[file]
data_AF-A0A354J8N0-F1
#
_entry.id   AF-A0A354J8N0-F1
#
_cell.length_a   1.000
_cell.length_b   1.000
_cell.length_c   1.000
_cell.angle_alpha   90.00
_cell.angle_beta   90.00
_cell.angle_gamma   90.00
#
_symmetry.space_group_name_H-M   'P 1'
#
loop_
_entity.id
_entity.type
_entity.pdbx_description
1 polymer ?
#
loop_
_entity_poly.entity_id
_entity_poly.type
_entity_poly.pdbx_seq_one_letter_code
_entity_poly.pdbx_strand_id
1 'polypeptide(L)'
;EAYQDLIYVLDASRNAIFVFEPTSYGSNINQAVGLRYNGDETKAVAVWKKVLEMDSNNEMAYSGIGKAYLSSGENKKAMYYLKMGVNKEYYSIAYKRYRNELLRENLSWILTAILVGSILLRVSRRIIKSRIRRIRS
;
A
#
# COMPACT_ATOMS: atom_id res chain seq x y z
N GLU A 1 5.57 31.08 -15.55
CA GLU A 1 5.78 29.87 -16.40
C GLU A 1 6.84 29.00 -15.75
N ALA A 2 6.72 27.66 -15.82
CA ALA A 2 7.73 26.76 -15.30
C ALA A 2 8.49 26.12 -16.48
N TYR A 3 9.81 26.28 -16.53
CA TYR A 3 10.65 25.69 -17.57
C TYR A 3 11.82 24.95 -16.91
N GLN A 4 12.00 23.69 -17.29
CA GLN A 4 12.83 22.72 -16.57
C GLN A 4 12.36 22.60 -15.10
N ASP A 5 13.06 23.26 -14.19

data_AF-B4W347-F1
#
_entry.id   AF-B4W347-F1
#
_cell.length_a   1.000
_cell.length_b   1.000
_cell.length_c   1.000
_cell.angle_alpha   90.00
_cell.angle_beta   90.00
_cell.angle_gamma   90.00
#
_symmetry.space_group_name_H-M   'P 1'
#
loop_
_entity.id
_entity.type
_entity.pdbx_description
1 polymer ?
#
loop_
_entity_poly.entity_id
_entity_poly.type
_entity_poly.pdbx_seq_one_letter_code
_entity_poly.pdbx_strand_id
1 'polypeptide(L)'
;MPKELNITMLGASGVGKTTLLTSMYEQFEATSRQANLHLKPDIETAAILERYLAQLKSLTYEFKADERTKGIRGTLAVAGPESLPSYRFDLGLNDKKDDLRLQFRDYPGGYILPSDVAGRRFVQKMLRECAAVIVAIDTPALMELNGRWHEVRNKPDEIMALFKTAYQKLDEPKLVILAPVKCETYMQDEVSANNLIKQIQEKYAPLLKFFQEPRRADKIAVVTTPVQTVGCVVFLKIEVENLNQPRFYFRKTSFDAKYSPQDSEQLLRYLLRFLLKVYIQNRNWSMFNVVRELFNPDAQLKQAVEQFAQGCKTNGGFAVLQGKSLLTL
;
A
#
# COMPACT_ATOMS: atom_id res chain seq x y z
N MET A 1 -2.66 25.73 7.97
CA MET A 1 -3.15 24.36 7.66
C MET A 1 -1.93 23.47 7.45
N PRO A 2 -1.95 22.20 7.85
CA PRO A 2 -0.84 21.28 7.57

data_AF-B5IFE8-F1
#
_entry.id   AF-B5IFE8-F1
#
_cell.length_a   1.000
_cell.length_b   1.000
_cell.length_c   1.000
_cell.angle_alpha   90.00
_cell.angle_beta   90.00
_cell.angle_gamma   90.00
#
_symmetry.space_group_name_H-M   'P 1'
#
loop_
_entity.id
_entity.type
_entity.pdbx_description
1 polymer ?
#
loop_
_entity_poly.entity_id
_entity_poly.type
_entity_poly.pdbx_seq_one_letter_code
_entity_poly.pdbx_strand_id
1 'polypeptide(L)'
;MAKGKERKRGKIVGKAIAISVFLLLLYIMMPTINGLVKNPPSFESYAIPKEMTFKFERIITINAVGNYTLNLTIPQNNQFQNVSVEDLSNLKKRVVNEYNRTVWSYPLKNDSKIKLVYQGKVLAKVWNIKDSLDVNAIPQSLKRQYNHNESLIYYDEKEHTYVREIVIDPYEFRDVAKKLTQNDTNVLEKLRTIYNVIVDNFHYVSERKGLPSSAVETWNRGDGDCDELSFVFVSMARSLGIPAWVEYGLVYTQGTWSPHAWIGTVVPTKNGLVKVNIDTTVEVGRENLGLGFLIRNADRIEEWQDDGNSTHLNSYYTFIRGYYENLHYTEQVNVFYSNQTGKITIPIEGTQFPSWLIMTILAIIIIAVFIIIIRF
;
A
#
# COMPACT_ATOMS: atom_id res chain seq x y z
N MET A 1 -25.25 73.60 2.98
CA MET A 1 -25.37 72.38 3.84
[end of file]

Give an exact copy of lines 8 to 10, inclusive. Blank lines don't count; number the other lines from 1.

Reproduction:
_cell.angle_alpha   90.00
_cell.angle_beta   90.00
_cell.angle_gamma   90.00